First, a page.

I’ve been asked a few questions recently about the nocebo effect – the opposite of the placebo effect – so I thought I’d do some up-to-date research and share some of what I’ve found.
It’s often called the ‘evil twin’ of the placebo effect. I actually find the use of ‘twin’ quite fortuitous because there is a sort of ‘family’ resemblance between the two. You might say that the placebo is the optimistic sibling, while the nocebo is the pessimistic one.
The word placebo comes from the Latin: I shall please, as in “Placebo Domino – I shall please the Lord.” Nocebo, on the other hand comes from the Latin for I shall harm.
They work through our expectations. Positive expectations drive the placebo effect, whereas negative expectations drive the nocebo effect. In both cases, the brain simply does what it can to meet these expectations.
For example, if a person believed that a sugar pill would reduce his or her pain then it would do so, and we call this the placebo effect. Specifically, the brain produces its own version of morphine (known as an endogenous opioid) to meet this expectation.
But if the person instead believed that the pill would increase their pain, it would most likely do that instead. It’s the same pill, only the person’s expectation was different. We call this the nocebo effect.
Here, the production of endogenous opioids are blocked, thereby elevating pain. And if the person feels anxious then levels of a neurohormone known as CCK (cholecystokinin) are also impacted, which also elevates the pain.
Here’s an example of some research that showed how powerful the nocebo effect could be, but also how the placebo effect could neutralise it. A few years ago, 40 people with asthma, emphysema or restrictive lung disease were told that an inhaler contained allergens. Nineteen of them swiftly reacted with notable constriction of their airways. Twelve of them had an actual asthma attack. But the inhaler simply contained nebulised salt water. Their expectation of what should happen caused what did happen.
They were shortly given another inhaler (also nebulised salt water) and told it would relieve their symptoms. And it did. Again, their expectation of what should happen caused what did happen. The nocebo effect created their negative symptoms and the placebo effect reversed them.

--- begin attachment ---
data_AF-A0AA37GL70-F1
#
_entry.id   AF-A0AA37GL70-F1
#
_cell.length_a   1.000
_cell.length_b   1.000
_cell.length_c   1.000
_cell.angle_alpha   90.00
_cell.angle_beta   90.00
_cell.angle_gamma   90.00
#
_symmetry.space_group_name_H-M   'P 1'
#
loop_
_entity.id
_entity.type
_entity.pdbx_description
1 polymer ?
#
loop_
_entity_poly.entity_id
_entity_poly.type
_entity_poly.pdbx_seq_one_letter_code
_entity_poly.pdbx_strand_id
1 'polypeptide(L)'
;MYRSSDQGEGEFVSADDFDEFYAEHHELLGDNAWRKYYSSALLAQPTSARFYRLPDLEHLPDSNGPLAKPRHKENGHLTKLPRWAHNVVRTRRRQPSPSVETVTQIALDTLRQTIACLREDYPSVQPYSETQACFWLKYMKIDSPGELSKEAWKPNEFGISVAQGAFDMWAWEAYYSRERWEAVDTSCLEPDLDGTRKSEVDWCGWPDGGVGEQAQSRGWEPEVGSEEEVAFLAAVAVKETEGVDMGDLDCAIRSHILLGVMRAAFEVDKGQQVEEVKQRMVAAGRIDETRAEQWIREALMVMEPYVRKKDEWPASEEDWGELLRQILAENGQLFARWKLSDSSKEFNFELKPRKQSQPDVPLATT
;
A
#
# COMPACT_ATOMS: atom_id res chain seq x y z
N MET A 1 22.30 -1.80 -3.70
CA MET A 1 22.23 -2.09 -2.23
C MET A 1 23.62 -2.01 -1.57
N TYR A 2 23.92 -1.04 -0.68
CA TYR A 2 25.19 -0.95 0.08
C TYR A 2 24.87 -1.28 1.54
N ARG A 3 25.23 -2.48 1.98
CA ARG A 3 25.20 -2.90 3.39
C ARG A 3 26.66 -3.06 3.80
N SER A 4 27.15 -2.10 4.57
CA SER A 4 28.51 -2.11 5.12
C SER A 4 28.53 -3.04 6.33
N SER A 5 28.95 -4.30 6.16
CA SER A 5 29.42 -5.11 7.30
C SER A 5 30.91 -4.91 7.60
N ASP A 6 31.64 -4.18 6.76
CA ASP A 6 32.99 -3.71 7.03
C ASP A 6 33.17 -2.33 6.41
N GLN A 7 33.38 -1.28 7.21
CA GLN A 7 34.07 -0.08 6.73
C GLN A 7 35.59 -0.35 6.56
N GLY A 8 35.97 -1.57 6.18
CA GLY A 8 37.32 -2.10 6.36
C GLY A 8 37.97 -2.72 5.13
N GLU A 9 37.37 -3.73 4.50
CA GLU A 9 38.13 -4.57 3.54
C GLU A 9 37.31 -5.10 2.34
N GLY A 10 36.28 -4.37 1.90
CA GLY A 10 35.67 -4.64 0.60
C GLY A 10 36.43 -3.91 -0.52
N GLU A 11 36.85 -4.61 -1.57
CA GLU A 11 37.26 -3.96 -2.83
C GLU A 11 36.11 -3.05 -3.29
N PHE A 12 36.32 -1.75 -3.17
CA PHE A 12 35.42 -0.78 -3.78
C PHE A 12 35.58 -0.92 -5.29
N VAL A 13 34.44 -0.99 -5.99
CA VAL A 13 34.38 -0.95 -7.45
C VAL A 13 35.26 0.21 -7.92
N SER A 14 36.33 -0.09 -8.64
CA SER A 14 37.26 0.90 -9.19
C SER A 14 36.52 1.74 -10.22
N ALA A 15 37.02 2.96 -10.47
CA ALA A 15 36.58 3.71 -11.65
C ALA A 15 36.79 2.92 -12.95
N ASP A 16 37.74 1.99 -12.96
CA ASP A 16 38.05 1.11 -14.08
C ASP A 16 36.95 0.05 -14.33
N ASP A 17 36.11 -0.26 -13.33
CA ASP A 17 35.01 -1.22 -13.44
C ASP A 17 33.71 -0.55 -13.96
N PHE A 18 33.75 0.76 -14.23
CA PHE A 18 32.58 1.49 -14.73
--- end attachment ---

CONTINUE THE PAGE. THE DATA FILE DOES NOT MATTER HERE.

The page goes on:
Can you get a nocebo effect from a placebo?
The above example shows us that a placebo and a nocebo can be the same thing. It’s just our expectation (belief) of what it’s meant to do that creates what actually happens.
Unsurprisingly, just as the placebo effect can enhance the effects of many drugs, the nocebo effect can suppress them and also contribute to some of the side effects of them. Studies show that many people who get placebos in trials get the same side effects as those who get the drugs. In other words, they get nocebo effects from placebos.
But importantly, this only happens if a person knows or has a good idea of what to expect. If they don’t know what side effects are to be expected, then they tend not to get them. Knowledge is power, it’s been said. Although, perhaps in these situations, knowledge is a bit of a bummer. Ignorance is a blessing.
Here’s a few examples. A meta-analysis of 21 RCTs (Randomised Controlled Trials) of antidepressants found that 45% of patients who got placebos had the typical side effects of the drug – nausea, headaches, dizziness. Similarly, a meta-analysis of 56 studies of MS patients found that 74% got side effects from placebos.
This type of research shows that not only do people get nocebo effects from placebos, but that some of the side effects of actual drugs (and vaccines) are caused by our knowledge of them.
Does the nocebo effect produce side effects from Covid vaccines?
A review of 12 RCTs of Covid vaccines involving over 45,000 patients (about 22,500 who received a vaccine and 22,500 who received a placebo) found that 35% of those who received placebos got systemic side effects (headache, fever) and 16% had arm pain or redness and swelling at the injection site.
All in, the study found that about 76% of common mild adverse reactions after a first dose of vaccine were down to the nocebo effect.
There’s been a high amount of anxiety around vaccines and vaccine safety, and anxiety is fuel for the nocebo effect. It increases our negative expectations and the brain simply delivers symptoms to meet these expectations.
Some people feel offended by the idea that their mind can create such negative symptoms, but I prefer to look at it in another way. The fact that the mind can create symptoms (both positive and negative) shows us how powerful our minds are.
That’s why, in some of my work, I try to educate people in a better use of our minds. As a simple example, focusing on someone or something that bothers you produces stress hormones, which have negative effects, but simply moving your attention to a memory of an experience of kindness can neutralise those effects.
How can we calm the nocebo effect?
Researchers are now switched on to just how prevalent the nocebo effect is in healthcare. We’re now realising that it’s actually almost impossible to remove the placebo or nocebo effect from any treatment. So all we’re left with is a choice of which one we use. Placebo or nocebo.
The nocebo effect can be activated by simple words – “this will hurt” or “there’s not much else I can do for you” – by a lack of empathy, even a setting that’s overly clinical and devoid of warmth.
But a doctor who smiles and looks you in the eye boosts placebo effects. If she or he shows warmth and empathy it can even amplify the power of any prescribed treatment. Choosing soft, positive language also helps.
For example, in a study of women who were about to give birth, if the doctor or nurse said:
“We are going to give you a local anaesthetic that will numb the area so that you will be comfortable during the procedure” then pain reduction from the anaesthetic was almost twice as much than when the woman had instead been told: